The corporate sector - a major barrier to moving to ecological rationalism from economic rationalism
Ensuring the health of the earth's eco-systems is critical to ecologically sustainabledevelopment, a development path along which the maximisation of human well-being fortoday's generations does not lead to declines in future well-being. Our levels ofconsumption, resource usage, emissions and waste, in all developed countries, continueto grow from levels that are already well in excess of ecologically sustainable levels.Much of the pressure for this continuing unsustainable growth comes from an increasingpowerful corporate sector, which is locked into a system that requires continuallyincreasing profits. These increasing profits are achieved through growth in revenues,usually with increased resource use and often with increased pollution and waste. Thiseconomic growth focus of our current political, economic and business systems fails torecognise the ecological limits to human activity systems and continues to damage theearth's eco-systems.In order to progress towards Ecologically Sustainable Development, major systemicchanges at the societal level are required in order that our human activity systemsincluding our economic systems function within the limits of earth's eco-systems. Ourpolitical-economic system must change in order to eliminate ecological stress and repairpast environmental damage.We, therefore, urgently need an end to unsustainable business as usual from almost everybusiness because our planet's eco-systems are under severe and increasing unsustainablepressure from our human activity systems, driven particularly by our economic andbusiness systems.Ensuring that society moves towards Ecologically Sustainable Development and thatbusinesses move towards an ecologically and socially sustainable business model will notbe easy but it is important, urgent and necessary. Major societal change is also required tomake significant progress towards Ecologically Sustainable Development. This societalchange will result in a range of major government measures to ensure ecological andsocial sustainability of the business sector.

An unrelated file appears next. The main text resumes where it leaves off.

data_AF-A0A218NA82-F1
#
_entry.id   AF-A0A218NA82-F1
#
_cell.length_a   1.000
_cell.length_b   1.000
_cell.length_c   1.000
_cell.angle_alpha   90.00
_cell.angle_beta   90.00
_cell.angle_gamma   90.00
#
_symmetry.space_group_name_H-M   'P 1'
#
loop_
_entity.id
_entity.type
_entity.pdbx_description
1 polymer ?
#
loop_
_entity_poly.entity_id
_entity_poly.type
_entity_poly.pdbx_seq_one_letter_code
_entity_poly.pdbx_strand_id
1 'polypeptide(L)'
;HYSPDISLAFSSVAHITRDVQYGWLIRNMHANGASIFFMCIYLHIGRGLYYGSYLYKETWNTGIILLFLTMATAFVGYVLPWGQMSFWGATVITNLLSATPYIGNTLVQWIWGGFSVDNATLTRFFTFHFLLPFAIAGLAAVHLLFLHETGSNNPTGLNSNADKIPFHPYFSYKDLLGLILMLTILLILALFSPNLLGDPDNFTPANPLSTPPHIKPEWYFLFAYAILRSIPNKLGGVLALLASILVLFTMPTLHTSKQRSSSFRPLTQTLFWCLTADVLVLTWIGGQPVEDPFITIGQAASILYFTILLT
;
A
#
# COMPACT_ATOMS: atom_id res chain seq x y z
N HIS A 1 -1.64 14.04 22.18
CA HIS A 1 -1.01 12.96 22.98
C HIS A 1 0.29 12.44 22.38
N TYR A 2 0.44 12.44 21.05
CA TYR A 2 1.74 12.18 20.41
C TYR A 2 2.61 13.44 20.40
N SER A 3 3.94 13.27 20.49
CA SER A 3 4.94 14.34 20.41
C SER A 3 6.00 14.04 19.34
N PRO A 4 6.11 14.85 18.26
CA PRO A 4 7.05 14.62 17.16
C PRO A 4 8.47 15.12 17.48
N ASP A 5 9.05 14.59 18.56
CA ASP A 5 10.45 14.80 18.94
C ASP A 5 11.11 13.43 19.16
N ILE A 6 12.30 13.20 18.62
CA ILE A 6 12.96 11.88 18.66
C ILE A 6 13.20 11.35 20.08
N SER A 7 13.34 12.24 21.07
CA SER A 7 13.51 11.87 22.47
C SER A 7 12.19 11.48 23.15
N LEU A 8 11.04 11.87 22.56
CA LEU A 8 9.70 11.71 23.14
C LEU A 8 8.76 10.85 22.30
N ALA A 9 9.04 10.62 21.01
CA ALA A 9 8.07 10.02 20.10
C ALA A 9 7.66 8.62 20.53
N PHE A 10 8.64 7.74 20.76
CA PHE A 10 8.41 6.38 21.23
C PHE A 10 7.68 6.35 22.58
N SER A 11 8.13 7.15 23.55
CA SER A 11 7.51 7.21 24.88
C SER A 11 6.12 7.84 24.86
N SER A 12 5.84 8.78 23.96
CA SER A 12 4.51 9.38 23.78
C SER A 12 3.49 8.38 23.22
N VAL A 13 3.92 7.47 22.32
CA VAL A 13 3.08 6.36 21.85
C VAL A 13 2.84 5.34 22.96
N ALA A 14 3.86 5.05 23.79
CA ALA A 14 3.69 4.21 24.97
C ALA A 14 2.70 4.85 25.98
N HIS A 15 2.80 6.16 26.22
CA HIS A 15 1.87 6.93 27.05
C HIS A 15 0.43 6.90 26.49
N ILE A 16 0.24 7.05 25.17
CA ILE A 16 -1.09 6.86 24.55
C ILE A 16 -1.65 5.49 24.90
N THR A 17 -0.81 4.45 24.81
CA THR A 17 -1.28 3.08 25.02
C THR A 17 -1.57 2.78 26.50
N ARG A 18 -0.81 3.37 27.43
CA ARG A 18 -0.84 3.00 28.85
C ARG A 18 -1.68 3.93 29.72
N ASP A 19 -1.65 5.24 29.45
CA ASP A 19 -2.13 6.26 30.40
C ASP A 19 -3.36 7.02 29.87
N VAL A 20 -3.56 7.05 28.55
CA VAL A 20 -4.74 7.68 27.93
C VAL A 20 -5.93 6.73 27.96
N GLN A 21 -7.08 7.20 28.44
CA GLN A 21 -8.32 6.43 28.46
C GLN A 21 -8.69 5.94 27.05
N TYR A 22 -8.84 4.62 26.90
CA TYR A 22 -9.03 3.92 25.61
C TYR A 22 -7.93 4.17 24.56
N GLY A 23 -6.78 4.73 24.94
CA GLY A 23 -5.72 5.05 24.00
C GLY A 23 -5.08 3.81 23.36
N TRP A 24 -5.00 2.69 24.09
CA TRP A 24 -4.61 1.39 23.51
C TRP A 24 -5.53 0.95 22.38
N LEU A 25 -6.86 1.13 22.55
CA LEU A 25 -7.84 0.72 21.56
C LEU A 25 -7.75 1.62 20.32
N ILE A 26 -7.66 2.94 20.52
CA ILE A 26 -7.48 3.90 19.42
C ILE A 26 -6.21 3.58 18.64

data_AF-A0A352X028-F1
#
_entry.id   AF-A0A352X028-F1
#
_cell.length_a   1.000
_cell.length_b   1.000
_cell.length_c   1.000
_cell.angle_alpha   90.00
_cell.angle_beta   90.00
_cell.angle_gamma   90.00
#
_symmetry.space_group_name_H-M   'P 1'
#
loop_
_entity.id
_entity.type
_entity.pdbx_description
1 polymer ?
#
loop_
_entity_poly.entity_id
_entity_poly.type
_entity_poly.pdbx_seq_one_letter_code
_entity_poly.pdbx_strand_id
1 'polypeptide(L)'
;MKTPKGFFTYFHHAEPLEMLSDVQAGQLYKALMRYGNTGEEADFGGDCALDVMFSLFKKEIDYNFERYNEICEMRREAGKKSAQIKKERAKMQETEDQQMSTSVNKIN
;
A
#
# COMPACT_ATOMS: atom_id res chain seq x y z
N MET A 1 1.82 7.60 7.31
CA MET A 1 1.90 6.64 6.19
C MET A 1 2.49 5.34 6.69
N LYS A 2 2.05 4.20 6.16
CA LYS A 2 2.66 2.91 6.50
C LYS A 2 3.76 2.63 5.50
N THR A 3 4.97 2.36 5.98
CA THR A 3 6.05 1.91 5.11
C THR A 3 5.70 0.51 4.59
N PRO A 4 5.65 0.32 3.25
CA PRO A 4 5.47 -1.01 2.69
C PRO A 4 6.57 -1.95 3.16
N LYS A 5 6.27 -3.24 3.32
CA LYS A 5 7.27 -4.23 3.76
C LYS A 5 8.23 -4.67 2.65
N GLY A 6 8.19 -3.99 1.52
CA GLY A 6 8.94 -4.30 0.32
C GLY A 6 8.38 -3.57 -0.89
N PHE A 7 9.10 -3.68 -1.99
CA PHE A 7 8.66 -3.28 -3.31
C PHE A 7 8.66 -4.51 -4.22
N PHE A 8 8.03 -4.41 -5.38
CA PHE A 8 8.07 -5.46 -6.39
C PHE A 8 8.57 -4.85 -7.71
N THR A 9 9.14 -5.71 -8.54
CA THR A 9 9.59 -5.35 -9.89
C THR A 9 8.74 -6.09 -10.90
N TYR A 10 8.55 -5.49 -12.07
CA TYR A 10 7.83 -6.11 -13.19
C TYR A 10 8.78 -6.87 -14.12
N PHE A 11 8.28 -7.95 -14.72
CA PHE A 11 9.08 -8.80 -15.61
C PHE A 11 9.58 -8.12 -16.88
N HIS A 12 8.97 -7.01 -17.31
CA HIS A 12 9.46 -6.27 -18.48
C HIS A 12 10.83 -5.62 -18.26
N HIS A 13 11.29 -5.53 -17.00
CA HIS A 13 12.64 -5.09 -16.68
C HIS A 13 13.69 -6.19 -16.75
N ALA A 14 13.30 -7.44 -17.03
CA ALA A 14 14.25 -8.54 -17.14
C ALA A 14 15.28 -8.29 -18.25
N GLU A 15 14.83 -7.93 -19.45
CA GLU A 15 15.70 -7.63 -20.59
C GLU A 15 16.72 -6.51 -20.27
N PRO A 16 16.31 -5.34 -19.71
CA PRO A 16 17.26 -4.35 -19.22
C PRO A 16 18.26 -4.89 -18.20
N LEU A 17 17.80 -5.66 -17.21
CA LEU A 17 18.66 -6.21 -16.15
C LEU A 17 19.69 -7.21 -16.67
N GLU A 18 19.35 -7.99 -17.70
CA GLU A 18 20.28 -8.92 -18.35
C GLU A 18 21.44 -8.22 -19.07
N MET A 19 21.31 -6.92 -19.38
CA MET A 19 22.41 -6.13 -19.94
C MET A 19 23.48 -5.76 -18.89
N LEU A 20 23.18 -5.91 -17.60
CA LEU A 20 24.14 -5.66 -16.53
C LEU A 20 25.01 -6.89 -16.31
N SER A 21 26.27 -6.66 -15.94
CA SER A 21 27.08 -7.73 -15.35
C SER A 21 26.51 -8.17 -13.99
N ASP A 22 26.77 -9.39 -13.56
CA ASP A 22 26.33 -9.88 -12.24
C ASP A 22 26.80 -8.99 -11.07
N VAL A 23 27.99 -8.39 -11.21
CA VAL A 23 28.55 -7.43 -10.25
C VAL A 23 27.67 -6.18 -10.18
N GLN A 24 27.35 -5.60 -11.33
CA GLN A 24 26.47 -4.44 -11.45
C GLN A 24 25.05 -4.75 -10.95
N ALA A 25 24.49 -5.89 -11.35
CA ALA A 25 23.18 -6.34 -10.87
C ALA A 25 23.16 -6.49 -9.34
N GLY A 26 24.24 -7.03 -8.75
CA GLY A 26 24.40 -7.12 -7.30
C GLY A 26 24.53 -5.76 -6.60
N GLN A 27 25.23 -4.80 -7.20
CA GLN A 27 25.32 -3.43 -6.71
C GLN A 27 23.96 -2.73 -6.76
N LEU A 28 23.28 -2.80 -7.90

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|Other Persons:||Taplin, R (contributor) ; Hebert, K (contributor)|
|Type of publication:||Other|
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